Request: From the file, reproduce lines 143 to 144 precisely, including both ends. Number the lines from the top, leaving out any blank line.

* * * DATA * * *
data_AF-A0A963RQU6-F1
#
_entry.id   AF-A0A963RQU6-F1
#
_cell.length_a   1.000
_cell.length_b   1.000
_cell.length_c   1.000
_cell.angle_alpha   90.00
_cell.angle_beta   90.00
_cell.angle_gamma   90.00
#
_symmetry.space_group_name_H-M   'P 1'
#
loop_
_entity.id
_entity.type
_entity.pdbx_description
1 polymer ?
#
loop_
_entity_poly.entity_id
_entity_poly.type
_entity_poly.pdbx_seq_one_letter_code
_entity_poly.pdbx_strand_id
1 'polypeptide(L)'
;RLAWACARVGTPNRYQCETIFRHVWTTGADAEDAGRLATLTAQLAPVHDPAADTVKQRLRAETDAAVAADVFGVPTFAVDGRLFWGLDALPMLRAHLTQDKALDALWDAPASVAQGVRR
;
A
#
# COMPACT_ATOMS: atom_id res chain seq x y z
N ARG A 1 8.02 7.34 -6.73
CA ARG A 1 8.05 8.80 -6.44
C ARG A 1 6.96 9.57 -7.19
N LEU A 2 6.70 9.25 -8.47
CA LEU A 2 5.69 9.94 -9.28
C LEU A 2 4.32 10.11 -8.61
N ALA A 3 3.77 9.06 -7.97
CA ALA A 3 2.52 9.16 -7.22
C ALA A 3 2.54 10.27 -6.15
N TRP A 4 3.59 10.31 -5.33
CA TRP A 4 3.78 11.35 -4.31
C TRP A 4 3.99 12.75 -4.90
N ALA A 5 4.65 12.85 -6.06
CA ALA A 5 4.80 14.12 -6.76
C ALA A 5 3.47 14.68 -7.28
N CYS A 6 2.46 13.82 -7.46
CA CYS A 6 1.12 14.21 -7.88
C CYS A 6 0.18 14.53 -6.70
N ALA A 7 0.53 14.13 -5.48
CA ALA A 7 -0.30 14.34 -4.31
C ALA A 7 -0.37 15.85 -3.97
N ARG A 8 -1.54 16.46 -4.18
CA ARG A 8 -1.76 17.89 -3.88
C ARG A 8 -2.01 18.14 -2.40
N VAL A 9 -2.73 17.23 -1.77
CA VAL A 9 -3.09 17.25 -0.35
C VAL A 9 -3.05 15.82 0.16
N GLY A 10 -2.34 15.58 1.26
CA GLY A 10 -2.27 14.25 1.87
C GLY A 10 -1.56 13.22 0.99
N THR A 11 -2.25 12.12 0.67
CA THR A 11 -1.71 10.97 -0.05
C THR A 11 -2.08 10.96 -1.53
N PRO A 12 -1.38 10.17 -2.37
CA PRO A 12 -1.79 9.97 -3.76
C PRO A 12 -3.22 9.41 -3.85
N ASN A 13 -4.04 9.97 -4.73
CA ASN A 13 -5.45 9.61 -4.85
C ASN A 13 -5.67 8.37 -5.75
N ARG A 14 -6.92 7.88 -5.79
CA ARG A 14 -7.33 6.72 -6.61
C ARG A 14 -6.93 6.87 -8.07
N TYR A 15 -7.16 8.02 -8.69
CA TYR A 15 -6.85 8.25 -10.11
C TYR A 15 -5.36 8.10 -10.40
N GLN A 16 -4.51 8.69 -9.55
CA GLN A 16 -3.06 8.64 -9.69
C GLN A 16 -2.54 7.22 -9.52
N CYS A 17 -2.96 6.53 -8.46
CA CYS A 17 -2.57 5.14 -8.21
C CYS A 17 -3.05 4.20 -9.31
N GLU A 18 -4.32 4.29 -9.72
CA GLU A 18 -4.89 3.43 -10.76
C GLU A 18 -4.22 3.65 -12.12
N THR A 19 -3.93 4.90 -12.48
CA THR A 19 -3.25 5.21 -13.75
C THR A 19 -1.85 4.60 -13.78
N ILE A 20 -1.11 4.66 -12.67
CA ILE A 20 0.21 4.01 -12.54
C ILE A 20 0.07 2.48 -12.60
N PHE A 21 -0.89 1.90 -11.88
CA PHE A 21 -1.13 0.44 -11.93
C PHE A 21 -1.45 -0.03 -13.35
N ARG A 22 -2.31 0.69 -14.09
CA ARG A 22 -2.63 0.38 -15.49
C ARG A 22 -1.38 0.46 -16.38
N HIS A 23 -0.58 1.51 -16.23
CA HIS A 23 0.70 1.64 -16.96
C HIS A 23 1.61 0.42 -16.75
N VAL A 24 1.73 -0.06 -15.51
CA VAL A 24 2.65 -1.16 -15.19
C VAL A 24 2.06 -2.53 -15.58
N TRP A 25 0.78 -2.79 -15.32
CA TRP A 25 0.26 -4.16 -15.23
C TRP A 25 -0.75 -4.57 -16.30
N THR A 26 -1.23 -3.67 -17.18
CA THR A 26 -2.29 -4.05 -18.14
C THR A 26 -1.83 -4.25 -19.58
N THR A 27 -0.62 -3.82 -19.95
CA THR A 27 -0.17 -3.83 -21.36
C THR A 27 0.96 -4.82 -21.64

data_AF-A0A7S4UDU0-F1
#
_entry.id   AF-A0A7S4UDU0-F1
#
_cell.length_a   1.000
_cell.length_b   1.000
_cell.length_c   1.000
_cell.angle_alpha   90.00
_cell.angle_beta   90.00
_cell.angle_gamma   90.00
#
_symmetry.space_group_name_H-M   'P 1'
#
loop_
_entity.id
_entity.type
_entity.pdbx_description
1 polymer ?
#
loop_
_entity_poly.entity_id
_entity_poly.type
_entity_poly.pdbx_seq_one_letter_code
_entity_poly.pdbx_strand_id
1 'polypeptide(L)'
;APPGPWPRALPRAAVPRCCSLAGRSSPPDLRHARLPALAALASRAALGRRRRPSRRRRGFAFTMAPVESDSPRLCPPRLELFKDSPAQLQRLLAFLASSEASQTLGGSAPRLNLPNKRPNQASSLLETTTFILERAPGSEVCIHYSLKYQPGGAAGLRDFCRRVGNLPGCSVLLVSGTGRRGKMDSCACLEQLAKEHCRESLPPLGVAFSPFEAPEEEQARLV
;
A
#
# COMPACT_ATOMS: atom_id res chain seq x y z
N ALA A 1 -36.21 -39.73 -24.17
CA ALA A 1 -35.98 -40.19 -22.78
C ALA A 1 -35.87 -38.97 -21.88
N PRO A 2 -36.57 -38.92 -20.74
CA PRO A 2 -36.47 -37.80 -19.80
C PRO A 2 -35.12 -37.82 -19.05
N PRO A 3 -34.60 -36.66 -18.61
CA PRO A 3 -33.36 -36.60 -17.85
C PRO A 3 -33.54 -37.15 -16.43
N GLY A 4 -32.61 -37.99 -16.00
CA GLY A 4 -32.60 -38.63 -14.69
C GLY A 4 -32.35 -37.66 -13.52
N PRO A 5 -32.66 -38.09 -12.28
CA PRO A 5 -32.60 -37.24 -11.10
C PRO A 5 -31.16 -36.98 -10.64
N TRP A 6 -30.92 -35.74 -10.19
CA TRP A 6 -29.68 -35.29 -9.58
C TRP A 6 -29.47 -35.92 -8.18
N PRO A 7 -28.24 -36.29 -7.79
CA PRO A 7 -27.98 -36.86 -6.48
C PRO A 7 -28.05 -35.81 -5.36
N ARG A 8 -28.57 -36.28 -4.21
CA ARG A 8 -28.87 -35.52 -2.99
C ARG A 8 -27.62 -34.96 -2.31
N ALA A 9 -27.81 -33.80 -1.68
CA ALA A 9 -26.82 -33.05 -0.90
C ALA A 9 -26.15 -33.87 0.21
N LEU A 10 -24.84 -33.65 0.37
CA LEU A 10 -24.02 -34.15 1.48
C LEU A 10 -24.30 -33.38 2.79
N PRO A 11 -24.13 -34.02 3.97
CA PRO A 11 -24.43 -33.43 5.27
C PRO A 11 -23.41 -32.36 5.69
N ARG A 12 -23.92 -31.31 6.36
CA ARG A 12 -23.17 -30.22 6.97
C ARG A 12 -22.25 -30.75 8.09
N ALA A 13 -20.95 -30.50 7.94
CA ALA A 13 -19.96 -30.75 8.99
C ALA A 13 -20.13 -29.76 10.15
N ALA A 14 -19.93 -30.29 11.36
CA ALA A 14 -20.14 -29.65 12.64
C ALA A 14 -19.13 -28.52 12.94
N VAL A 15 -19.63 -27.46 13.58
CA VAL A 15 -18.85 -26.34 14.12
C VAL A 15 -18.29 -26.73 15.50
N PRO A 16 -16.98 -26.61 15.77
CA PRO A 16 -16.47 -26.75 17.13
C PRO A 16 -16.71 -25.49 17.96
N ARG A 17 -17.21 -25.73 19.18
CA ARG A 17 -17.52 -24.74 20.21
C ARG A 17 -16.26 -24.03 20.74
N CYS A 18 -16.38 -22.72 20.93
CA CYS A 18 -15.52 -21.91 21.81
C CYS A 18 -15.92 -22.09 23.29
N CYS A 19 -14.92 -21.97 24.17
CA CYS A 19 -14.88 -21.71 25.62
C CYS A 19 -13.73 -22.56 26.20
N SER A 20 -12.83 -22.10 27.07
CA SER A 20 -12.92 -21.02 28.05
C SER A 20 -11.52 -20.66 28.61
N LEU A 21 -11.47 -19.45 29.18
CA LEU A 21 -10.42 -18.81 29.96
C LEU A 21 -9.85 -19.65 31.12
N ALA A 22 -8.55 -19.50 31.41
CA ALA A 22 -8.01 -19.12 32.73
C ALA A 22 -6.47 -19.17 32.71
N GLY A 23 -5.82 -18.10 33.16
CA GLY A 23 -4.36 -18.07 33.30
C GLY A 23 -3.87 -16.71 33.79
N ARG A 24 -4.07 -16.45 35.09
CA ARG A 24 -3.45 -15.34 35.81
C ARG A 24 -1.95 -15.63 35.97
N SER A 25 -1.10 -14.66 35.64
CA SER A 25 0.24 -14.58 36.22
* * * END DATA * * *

CA ALA A 1 -35.98 -40.19 -22.78
C ALA A 1 -35.87 -38.97 -21.88